Feb 11, 2009 by Marissa Berger
Flash animations on websites have a bad rap. I attended a meeting yesterday where someone said “Flash is never done right.” I disagree completely. I think this bad rap comes from all of the animated site intros of the recent past. We all got used to quickly finding the “skip intro” button. These intros had their time; a time where cool animation was new and we were more patient. Now, we want content, and we want it quickly.
When Flash is done right, it can communicate a strong feeling much, much better than a static image can. It can also handle a lot of content in a small space without a feeling of being overwhelmed. In my defense of Flash, I want to cover the main objections that come up.
1. Google doesn’t see it.
It is true that Google does not see what is inside a Flash movie. This means that unless you are an artist, you should not have a site that is 100% Flash. But you can integrate Flash movies into your pages. Smaller animations can add a tremendous visual appeal, and if you have the right text on the rest of the page (outside of the Flash movie), Google will see it just fine.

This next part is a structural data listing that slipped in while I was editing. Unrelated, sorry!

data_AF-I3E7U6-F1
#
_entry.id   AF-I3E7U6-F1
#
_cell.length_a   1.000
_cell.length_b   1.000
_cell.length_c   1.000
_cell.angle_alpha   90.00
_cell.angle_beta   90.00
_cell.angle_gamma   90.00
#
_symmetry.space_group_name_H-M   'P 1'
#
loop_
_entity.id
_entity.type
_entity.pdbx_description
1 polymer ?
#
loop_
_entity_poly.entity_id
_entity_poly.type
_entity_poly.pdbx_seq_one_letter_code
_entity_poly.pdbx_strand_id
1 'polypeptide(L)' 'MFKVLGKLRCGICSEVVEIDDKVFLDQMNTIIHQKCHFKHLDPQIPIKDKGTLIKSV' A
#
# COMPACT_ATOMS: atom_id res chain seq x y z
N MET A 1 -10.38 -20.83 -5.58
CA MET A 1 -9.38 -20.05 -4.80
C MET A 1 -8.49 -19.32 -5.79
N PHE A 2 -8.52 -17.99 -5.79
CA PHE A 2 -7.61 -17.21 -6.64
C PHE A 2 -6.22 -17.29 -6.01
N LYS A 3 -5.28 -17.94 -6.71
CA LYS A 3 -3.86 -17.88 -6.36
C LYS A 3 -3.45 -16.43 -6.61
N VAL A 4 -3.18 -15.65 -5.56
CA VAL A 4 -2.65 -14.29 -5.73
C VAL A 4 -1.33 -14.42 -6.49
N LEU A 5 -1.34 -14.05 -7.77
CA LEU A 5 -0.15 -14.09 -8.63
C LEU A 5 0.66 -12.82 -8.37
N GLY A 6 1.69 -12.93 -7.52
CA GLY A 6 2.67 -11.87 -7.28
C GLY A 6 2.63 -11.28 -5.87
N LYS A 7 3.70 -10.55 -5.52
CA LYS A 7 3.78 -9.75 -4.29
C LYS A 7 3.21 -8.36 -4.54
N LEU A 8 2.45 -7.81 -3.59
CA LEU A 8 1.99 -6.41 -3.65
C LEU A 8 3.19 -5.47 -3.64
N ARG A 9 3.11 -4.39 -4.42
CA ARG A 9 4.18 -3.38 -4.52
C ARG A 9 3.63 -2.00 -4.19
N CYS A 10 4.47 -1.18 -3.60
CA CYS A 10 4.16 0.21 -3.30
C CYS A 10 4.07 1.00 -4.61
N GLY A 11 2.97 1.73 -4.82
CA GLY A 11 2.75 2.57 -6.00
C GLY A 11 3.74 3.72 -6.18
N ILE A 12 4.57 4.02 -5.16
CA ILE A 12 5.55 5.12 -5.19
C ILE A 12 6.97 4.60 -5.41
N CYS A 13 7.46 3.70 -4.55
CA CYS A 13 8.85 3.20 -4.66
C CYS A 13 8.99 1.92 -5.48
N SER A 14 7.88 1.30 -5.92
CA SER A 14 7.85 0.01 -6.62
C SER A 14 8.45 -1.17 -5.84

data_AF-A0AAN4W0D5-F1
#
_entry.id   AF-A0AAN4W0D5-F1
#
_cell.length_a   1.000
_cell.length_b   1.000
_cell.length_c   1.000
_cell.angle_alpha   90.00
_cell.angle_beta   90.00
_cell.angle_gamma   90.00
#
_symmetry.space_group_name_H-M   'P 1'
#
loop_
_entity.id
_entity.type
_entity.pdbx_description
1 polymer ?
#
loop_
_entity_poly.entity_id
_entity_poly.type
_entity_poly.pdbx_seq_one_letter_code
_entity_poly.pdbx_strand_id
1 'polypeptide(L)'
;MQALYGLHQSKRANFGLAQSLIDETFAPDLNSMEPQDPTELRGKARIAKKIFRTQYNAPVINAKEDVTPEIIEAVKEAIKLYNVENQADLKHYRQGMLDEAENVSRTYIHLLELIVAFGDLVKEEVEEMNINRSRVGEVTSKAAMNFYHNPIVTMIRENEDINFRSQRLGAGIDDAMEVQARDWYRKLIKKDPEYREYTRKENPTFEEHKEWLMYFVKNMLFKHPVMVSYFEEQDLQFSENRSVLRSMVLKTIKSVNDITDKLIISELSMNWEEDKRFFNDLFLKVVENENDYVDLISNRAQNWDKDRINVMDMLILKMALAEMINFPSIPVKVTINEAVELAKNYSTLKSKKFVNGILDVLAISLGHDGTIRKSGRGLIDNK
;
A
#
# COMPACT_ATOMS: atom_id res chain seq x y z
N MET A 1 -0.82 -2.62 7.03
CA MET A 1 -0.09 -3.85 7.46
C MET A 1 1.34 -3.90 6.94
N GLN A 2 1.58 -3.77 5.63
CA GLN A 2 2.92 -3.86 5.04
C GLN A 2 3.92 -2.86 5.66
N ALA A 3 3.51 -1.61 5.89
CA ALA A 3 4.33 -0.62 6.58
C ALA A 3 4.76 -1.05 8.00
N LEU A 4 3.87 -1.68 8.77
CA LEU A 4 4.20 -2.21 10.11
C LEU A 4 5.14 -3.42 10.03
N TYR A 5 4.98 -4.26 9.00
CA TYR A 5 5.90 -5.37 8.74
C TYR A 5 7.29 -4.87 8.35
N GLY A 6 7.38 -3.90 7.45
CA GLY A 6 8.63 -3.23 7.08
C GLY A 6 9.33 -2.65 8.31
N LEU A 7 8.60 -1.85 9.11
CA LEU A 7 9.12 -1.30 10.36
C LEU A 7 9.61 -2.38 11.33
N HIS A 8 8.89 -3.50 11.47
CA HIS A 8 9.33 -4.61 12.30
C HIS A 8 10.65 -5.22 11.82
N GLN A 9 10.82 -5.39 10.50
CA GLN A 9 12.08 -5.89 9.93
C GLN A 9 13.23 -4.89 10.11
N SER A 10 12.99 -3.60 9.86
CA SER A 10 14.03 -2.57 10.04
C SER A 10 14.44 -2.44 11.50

2. It downloads slow.
This is only true if not done right. If your Flash movie is a slideshow of 25 images and all 25 images are embedded in the movie, then this will be true. However, Flash can be coded so it uses each item it needs only when it needs it and from outside of the movie itself. There really is no need for a “loading” type of message anymore.
3. It’s harder to maintain.
Again, this was true a long time ago. Now, with the use of XML, Flash movies can be updated easily and without even needing the Flash software itself.
4. It costs more.
This is an unfair comparison. Comparing the cost of a static stock image and the cost of a Flash animation is like comparing apples to oranges. Of course, Flash will cost more than a static image. But it will have more of an impact also.
5. What if people don’t have the player?
This really should not be a concern, except for viewing websites on cell phones. On the web, as of December 2008, Flash Player 9 has reached an average of 98% within all markets. The specific statistics can be seen in the Adobe site. The issue is not whether someone has the player or not, but which version of the player? For example, today, you may not want to have your Flash movie optimized for Player 10 because only around 55% os users have it. But Player 9 would present no problem at all.
Flash animation can be a wonderful addition to your website. It just needs to be done right.